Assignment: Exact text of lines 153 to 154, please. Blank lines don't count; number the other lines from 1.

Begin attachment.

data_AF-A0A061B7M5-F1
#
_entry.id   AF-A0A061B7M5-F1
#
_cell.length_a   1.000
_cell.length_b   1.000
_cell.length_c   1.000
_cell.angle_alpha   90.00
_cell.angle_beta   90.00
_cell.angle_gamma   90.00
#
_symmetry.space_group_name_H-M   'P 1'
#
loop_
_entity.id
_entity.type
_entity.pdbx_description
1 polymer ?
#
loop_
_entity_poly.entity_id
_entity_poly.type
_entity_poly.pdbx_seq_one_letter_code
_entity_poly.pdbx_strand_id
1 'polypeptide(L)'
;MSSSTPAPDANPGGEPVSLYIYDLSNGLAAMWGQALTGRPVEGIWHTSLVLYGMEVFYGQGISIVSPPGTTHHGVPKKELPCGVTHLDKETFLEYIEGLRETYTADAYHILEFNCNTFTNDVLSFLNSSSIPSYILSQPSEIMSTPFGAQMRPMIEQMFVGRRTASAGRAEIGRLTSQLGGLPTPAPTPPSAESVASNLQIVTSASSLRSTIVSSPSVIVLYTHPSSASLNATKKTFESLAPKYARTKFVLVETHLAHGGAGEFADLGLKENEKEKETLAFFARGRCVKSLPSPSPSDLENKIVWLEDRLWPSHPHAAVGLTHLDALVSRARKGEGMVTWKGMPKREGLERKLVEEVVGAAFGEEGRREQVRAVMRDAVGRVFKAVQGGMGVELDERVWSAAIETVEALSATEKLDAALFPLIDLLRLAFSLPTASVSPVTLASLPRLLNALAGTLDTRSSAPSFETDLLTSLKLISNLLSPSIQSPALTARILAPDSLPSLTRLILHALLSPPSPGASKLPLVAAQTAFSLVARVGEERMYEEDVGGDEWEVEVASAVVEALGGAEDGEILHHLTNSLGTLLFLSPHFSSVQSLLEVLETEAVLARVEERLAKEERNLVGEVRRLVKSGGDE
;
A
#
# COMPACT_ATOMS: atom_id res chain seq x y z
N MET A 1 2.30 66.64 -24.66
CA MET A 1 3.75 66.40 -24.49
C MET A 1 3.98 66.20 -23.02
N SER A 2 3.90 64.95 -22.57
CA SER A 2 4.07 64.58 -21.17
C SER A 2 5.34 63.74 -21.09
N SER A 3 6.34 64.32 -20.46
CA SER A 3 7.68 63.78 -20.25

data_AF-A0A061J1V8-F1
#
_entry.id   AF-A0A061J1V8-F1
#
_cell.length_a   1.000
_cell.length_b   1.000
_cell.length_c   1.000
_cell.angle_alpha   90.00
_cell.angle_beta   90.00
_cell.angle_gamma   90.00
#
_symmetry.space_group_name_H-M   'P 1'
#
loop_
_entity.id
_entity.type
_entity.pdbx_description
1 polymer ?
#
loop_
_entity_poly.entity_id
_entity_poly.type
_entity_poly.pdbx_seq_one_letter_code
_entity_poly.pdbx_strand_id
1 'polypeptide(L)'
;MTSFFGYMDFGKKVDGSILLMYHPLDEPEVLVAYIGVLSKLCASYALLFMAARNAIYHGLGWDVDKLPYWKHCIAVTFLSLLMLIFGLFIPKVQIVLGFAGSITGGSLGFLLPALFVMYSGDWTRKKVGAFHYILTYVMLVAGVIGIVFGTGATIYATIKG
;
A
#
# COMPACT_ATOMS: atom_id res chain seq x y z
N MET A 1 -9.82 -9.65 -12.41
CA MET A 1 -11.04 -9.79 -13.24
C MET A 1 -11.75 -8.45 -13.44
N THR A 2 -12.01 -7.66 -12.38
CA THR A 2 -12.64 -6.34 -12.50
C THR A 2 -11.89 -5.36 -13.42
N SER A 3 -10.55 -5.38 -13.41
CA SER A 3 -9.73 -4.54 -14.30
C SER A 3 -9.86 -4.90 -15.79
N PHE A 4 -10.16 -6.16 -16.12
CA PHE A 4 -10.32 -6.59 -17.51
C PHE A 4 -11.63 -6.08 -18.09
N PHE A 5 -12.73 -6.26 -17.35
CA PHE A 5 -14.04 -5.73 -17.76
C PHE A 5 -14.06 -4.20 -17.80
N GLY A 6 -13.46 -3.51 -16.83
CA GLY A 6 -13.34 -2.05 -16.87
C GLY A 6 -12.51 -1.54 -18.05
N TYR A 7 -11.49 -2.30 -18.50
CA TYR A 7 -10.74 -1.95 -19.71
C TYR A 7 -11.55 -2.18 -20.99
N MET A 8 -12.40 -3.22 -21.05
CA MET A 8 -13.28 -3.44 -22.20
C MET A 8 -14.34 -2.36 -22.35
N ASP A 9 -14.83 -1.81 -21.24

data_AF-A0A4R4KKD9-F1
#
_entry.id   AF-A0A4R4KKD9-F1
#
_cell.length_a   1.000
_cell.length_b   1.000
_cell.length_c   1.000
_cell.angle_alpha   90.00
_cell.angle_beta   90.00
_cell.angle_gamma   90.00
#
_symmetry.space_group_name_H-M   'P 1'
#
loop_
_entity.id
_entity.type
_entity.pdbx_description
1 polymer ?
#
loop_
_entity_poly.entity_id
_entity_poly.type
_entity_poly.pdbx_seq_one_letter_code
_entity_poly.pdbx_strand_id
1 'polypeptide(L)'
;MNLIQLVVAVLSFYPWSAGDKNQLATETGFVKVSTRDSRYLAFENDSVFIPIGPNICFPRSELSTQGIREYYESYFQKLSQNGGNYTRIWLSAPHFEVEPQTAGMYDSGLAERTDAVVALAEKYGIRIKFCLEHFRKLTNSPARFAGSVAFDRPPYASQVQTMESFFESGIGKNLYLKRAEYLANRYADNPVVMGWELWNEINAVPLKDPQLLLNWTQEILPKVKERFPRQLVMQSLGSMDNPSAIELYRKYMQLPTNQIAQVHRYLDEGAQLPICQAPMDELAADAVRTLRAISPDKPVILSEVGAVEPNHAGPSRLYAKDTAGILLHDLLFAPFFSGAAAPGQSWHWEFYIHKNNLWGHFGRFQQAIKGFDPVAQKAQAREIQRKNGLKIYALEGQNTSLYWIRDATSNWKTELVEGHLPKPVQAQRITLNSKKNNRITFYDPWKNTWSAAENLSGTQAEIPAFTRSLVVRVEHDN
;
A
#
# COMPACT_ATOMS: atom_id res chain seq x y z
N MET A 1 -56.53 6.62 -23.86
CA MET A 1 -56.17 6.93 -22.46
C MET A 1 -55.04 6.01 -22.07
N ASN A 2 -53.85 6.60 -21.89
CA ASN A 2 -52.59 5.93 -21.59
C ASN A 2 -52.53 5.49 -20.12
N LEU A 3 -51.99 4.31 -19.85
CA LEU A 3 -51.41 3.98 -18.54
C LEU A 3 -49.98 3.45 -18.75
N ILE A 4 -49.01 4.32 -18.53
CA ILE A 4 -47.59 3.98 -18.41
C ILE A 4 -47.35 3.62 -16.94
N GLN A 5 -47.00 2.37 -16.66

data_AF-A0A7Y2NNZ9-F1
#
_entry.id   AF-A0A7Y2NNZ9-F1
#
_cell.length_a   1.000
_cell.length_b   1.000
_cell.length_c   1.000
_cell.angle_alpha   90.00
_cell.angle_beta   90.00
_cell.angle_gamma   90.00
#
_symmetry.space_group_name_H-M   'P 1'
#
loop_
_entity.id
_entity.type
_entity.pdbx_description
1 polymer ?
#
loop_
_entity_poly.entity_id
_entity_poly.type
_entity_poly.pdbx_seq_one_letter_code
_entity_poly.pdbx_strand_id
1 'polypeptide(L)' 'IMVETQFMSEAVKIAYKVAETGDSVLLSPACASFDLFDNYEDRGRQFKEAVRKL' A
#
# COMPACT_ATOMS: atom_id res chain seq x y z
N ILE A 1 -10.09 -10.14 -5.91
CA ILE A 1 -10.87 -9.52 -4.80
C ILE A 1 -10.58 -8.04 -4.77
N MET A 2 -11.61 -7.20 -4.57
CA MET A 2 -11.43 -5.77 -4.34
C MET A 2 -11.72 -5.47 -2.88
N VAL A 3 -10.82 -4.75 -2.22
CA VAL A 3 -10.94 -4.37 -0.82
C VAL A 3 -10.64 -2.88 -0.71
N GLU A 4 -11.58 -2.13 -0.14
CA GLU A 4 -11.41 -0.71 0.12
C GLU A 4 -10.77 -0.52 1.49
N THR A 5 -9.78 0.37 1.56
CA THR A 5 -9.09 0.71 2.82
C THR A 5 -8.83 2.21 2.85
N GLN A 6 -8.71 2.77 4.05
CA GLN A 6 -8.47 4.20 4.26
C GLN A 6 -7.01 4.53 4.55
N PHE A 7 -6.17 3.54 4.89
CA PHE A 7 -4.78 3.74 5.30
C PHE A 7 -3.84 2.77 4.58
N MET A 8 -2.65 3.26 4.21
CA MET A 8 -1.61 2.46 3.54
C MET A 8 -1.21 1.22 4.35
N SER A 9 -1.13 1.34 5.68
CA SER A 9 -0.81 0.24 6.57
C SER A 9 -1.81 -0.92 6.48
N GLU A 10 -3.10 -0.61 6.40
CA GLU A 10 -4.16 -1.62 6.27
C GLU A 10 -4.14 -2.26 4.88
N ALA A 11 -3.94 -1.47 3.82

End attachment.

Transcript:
_entity.pdbx_description
1 polymer ?